Volatility in both stock and bond markets has subsided a bit for now. The S&P 500 has been stuck in the mid 1900’s, while the 10 year treasury has traded in a fairly tight range of about 10 basis points for the past week. However, I would not expect the sideways movement of the past week to continue much longer. Everyone is looking ahead to the Fed’s September meeting this week, and that could very well be the catalyst that gets markets moving again. The market odds of seeing a rate increase in September are still at about 30%, but I am on the side that thinks the Fed will try and raise rates this month.
One of the thoughts that is now gaining some steam is that if the Fed does raise rates, it could send foreign equity markets, especially emerging markets, tumbling lower. An increase in rates may simply add fuel to the fire that has been started in China. It’s tough to say how a rate increase would actually affect bond markets. Short-term rates will certainly be the most exposed, but if the market has already priced in the move, which it has a tendency to do, then we may not see a jump in rates at all. If equity markets do head lower it could potentially cause the opposite effect if a flight to quality ensues and prices increase.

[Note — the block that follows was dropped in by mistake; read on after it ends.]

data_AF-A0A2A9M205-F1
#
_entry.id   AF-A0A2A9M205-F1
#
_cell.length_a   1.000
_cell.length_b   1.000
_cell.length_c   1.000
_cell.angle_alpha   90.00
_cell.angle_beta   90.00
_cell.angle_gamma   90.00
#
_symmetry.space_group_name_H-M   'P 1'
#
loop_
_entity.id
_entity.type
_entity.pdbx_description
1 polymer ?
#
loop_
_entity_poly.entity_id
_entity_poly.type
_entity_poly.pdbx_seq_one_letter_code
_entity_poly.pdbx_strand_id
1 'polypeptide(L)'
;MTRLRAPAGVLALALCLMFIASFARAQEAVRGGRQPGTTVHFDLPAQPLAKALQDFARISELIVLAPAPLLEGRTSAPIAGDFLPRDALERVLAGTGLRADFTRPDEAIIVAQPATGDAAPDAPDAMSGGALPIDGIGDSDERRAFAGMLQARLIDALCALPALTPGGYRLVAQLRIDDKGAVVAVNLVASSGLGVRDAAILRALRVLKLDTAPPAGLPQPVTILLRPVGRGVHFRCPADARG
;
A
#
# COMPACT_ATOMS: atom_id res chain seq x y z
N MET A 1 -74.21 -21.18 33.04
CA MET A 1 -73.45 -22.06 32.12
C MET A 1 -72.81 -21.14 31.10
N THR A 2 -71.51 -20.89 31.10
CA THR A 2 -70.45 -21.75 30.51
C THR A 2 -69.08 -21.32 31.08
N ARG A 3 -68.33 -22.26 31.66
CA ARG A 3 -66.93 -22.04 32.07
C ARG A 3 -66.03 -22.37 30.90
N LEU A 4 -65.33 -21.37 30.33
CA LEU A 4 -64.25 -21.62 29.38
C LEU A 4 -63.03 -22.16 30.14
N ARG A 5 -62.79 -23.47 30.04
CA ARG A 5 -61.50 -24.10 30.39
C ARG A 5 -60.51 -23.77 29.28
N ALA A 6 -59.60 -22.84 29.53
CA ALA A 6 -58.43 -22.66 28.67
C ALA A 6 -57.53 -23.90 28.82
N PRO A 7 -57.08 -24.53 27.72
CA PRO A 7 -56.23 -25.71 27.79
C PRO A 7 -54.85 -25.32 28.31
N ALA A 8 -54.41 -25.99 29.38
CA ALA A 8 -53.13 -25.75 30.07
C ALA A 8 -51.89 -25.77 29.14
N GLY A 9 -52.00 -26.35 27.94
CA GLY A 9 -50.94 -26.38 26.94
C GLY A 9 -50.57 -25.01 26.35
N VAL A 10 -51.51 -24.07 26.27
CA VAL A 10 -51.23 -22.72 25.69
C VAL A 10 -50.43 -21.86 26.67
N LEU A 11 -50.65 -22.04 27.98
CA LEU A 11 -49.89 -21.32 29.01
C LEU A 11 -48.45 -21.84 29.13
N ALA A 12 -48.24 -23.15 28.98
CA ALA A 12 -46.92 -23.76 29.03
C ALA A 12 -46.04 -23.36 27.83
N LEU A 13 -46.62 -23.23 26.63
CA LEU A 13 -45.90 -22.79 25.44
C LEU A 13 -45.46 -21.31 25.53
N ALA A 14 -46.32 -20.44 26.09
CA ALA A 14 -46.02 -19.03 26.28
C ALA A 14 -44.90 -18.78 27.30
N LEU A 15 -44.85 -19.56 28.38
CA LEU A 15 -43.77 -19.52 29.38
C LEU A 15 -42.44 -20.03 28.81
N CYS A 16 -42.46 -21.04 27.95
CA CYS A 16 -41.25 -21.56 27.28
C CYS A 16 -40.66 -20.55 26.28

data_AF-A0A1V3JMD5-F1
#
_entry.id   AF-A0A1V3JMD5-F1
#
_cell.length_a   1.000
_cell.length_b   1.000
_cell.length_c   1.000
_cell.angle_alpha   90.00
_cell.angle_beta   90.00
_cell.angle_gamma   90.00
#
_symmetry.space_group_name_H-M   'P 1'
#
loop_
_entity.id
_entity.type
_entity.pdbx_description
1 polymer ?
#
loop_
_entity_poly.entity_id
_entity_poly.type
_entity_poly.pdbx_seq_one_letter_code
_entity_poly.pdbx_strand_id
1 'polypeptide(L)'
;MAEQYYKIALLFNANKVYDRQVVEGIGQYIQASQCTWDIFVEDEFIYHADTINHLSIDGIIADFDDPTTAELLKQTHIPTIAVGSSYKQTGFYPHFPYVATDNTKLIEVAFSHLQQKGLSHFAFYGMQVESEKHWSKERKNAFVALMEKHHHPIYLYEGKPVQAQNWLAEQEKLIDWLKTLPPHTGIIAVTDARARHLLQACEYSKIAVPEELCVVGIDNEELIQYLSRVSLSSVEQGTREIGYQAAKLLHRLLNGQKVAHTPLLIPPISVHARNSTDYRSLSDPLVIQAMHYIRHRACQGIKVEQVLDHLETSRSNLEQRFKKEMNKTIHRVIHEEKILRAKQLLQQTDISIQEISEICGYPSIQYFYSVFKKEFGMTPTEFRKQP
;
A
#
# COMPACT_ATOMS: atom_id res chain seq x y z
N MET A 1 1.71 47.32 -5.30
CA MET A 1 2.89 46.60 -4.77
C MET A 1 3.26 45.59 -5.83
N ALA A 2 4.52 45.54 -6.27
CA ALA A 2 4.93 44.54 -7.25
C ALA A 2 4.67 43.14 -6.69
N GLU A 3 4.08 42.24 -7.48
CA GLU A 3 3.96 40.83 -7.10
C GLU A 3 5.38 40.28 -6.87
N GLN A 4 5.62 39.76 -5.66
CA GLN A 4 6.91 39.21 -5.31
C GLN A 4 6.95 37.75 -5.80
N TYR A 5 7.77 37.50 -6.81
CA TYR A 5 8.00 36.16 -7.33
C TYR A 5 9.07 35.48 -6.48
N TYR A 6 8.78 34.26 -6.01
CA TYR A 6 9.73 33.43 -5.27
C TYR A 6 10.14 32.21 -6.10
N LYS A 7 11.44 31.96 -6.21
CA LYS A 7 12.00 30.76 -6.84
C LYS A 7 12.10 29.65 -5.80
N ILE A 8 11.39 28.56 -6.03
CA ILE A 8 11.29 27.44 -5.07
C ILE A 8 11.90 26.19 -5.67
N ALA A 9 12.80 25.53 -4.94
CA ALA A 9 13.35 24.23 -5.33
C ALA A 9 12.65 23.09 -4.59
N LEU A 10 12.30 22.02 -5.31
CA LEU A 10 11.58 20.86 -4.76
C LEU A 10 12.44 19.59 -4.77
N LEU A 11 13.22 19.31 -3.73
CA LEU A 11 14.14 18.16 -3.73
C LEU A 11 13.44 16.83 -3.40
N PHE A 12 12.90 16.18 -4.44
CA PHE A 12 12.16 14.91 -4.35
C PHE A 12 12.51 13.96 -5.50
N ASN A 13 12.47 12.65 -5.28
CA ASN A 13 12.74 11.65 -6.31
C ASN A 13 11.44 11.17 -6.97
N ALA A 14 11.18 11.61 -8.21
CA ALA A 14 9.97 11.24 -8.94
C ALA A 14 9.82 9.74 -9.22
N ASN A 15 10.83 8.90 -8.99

On the 10-year treasury chart, smaller support and resistance is shaping up around 2.25%, and 2.11%, with the larger trading rang being from 2.40% down to 1.90%. As of this morning, the 10-year yield sits squarely in the middle at 2.17% giving us little indication of which direction markets will be headed after the Fed concludes its meeting. That should be the story all week.
Eric Swanson, CFA